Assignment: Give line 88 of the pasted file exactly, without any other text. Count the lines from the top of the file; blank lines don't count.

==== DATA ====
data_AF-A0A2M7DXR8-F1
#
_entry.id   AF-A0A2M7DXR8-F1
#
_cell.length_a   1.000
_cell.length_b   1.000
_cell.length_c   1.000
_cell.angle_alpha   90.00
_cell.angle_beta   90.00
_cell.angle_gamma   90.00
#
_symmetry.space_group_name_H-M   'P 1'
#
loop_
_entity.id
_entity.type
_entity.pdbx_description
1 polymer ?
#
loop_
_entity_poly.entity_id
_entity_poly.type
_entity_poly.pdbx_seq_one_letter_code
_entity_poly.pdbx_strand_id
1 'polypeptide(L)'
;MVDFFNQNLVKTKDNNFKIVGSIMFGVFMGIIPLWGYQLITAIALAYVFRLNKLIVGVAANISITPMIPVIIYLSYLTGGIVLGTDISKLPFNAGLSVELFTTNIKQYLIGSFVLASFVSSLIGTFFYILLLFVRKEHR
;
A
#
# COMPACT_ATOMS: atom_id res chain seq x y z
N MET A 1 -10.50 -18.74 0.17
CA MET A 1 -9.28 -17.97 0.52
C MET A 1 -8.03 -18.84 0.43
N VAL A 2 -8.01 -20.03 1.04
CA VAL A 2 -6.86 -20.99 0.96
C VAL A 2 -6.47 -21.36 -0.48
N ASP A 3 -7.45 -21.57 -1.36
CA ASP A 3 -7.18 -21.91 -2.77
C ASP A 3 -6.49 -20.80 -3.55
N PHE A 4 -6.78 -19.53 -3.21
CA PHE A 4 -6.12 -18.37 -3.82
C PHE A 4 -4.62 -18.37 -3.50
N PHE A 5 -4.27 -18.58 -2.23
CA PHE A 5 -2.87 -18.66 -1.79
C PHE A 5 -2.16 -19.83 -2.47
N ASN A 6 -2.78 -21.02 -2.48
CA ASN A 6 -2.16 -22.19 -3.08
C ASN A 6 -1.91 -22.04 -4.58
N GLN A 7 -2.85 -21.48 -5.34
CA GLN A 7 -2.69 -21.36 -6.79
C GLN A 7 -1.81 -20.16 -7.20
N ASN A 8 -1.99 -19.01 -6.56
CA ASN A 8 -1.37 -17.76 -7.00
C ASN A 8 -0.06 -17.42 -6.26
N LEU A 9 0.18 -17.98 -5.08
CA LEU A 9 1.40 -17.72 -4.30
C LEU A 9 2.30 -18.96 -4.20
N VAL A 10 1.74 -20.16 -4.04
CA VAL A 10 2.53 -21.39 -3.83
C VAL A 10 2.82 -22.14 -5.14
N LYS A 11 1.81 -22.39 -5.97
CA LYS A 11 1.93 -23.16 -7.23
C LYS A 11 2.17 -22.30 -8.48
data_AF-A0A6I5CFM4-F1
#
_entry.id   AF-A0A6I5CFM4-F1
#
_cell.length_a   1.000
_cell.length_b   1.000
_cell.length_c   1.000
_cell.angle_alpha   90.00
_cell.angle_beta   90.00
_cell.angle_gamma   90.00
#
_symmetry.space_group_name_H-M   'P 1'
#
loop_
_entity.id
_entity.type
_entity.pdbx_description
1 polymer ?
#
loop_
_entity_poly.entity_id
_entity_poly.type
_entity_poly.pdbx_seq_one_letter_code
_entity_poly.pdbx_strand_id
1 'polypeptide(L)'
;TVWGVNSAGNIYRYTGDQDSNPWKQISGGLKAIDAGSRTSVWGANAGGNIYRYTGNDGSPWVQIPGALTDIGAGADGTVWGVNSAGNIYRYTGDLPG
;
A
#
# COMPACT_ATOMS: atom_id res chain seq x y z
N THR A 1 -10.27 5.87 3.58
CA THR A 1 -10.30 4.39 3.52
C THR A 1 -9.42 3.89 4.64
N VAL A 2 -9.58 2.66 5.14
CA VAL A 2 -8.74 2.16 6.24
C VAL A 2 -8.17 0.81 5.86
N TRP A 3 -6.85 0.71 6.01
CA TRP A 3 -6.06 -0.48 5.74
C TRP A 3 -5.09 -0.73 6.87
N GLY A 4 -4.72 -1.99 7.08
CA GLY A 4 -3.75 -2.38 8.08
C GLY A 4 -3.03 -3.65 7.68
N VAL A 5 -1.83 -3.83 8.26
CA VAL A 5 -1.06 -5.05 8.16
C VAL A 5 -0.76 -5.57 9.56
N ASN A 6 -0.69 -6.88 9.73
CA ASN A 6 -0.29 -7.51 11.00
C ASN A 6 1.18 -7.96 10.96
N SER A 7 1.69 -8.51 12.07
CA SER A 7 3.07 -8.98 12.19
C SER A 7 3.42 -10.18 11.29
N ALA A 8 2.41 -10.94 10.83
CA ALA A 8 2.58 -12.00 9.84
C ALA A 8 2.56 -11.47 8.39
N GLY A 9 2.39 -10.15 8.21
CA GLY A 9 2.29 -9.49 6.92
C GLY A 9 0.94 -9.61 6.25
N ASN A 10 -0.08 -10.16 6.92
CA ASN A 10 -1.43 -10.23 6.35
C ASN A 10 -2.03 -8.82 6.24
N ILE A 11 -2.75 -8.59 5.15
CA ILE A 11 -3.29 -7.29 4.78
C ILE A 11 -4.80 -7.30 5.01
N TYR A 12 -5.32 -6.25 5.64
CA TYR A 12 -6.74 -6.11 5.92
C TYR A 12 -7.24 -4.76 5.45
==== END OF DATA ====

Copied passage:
1 'polypeptide(L)'